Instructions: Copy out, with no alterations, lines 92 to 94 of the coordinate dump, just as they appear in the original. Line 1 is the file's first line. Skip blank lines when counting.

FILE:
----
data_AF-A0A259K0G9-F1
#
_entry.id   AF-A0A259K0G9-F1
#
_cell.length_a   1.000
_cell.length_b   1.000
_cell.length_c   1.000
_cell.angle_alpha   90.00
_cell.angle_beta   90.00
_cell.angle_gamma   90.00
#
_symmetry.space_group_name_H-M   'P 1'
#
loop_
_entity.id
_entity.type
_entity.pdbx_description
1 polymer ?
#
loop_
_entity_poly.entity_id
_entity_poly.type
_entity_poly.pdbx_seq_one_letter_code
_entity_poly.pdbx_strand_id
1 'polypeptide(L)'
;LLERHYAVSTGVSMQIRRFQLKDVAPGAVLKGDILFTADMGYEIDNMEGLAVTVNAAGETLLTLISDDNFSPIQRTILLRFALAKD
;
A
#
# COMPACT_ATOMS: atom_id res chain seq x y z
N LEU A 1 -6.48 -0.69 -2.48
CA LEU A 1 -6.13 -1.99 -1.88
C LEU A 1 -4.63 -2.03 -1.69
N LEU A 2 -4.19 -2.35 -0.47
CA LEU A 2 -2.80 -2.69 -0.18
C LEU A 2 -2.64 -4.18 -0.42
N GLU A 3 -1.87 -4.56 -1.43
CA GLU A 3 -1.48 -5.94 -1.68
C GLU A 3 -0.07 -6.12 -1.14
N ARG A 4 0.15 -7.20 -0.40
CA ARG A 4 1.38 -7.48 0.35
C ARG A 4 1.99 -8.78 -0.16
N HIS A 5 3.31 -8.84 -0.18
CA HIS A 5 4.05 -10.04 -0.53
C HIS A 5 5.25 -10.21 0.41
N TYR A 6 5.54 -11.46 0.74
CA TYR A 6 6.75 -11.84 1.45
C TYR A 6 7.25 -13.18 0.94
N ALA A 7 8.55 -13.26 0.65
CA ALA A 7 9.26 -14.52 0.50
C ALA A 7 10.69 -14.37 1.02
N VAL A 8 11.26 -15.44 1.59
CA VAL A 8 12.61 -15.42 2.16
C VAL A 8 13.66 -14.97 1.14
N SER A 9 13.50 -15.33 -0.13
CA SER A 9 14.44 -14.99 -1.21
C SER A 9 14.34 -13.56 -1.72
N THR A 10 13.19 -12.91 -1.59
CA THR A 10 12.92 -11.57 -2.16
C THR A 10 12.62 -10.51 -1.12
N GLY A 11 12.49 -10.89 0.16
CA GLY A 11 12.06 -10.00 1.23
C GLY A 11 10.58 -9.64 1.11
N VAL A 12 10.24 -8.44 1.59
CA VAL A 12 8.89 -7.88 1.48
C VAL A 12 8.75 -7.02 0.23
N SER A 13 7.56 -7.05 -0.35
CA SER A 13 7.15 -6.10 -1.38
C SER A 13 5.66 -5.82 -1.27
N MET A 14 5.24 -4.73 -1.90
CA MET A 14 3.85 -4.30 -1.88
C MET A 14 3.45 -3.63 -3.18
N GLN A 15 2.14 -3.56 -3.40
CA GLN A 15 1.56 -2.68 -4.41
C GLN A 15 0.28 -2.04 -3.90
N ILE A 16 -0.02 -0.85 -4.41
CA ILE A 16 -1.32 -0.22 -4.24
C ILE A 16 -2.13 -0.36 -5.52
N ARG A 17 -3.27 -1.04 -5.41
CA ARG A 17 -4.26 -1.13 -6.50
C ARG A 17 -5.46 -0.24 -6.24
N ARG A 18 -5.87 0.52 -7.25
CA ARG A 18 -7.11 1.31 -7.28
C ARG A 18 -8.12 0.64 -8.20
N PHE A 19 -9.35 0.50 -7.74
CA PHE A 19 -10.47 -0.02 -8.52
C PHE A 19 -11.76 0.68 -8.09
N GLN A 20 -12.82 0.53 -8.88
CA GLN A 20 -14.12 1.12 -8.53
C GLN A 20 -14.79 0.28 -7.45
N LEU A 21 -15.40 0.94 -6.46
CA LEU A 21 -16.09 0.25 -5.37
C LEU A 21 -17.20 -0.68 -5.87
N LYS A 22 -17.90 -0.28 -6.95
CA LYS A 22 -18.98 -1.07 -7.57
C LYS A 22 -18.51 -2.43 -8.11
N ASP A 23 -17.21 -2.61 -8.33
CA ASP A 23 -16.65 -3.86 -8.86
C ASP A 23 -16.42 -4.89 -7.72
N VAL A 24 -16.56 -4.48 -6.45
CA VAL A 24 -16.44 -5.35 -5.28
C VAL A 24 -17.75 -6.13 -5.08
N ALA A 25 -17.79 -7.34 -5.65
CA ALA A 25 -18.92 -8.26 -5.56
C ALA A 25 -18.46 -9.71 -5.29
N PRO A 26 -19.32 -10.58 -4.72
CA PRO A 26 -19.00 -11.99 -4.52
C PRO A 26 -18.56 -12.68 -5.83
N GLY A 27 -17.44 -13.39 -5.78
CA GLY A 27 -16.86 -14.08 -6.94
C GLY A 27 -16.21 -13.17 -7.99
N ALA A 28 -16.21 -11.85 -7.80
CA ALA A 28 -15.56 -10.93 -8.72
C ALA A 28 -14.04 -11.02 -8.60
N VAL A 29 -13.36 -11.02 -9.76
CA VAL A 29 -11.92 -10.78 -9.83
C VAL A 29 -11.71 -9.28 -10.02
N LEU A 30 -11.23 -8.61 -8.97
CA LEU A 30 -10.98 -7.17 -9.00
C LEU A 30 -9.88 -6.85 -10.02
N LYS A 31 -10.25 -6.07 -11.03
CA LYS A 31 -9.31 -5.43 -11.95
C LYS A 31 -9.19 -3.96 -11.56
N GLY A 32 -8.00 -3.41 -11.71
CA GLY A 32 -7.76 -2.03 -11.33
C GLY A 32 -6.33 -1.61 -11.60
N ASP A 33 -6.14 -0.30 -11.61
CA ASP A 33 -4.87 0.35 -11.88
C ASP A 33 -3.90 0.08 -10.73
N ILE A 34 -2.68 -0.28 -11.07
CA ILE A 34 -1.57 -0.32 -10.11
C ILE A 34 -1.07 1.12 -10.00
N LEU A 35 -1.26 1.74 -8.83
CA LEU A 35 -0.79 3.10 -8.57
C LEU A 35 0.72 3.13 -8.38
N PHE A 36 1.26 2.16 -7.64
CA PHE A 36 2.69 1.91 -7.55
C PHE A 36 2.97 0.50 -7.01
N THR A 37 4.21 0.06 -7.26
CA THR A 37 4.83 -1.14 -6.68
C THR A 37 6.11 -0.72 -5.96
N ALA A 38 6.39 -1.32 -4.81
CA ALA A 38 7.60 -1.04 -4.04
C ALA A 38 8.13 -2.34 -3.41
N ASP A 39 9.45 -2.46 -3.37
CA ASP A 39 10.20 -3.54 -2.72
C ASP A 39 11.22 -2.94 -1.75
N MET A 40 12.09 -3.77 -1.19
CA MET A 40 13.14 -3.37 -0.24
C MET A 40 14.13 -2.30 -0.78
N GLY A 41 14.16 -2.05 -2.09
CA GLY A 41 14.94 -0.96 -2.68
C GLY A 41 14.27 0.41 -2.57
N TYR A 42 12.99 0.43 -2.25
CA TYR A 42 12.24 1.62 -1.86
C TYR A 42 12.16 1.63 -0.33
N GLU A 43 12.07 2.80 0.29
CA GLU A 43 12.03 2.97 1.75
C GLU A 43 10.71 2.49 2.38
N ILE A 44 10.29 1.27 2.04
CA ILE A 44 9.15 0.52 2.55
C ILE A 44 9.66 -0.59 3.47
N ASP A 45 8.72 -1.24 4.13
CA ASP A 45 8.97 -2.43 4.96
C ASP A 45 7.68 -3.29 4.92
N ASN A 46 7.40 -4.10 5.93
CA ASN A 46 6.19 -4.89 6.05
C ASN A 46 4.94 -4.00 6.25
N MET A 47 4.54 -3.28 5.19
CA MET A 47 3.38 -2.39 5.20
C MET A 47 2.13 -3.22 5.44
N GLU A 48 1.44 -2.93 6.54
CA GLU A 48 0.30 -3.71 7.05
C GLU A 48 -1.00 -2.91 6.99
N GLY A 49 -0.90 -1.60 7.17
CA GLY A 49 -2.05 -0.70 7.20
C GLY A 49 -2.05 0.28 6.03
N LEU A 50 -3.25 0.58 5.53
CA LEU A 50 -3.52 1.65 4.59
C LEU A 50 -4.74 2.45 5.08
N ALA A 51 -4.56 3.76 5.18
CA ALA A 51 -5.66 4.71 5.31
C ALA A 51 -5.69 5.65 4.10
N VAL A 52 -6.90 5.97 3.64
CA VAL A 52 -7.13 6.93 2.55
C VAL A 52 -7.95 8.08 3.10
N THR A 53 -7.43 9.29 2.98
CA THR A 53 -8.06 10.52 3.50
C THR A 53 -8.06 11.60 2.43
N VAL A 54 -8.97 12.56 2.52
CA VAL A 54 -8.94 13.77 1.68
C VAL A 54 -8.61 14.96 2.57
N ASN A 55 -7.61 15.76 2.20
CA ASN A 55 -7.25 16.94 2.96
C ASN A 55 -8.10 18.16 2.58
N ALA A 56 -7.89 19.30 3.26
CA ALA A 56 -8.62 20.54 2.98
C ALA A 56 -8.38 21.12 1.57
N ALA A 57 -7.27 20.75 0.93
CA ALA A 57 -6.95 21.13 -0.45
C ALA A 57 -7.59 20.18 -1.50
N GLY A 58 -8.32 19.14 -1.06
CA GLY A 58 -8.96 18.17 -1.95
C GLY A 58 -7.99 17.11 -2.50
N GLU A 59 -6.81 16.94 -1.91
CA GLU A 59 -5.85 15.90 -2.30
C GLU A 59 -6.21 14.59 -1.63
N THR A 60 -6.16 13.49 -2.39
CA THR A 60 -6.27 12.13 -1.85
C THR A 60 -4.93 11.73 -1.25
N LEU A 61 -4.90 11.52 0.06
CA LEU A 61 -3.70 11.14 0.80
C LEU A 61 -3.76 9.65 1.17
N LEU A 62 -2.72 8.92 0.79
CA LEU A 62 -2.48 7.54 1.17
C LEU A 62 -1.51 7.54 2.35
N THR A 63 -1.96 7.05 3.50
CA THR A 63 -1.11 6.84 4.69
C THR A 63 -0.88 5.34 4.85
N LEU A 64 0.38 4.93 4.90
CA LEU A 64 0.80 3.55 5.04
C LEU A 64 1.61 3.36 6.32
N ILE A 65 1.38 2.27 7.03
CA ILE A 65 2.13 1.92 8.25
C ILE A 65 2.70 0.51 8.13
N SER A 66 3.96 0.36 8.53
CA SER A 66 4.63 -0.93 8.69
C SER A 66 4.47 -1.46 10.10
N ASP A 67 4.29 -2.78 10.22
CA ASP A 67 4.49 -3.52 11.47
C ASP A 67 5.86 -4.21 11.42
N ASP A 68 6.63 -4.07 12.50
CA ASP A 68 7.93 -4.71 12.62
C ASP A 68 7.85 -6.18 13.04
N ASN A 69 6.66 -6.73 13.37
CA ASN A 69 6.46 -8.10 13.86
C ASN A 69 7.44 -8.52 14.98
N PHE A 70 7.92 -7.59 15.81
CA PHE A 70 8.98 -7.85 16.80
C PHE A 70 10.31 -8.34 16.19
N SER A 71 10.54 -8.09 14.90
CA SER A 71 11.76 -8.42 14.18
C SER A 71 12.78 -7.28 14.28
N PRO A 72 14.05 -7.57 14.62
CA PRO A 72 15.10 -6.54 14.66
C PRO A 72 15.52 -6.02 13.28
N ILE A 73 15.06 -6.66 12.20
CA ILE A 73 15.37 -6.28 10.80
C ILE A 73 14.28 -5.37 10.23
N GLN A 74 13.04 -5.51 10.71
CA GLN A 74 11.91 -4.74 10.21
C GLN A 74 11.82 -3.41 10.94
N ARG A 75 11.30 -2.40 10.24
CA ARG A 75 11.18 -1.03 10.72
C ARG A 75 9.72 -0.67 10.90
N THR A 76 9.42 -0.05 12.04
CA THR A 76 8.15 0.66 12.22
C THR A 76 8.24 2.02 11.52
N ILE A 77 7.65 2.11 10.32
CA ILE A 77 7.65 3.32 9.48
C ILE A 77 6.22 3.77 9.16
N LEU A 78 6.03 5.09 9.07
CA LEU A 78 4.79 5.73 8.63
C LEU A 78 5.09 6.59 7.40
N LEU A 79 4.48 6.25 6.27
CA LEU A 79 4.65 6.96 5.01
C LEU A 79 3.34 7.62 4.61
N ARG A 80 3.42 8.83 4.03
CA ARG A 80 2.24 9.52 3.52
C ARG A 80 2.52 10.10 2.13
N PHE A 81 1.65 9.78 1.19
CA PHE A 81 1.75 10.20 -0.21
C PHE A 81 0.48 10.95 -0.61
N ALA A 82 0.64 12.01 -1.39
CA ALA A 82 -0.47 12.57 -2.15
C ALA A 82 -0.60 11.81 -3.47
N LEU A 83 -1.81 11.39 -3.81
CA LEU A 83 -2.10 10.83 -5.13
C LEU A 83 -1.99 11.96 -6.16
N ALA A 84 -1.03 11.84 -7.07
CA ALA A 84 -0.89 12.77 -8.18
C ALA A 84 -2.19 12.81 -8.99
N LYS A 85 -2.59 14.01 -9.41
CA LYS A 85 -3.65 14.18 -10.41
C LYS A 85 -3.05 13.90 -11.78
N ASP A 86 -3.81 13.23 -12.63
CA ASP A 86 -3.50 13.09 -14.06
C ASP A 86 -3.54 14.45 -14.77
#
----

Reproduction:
CA LEU A 21 -16.09 0.25 -5.37
C LEU A 21 -17.20 -0.68 -5.87
N LYS A 22 -17.90 -0.28 -6.95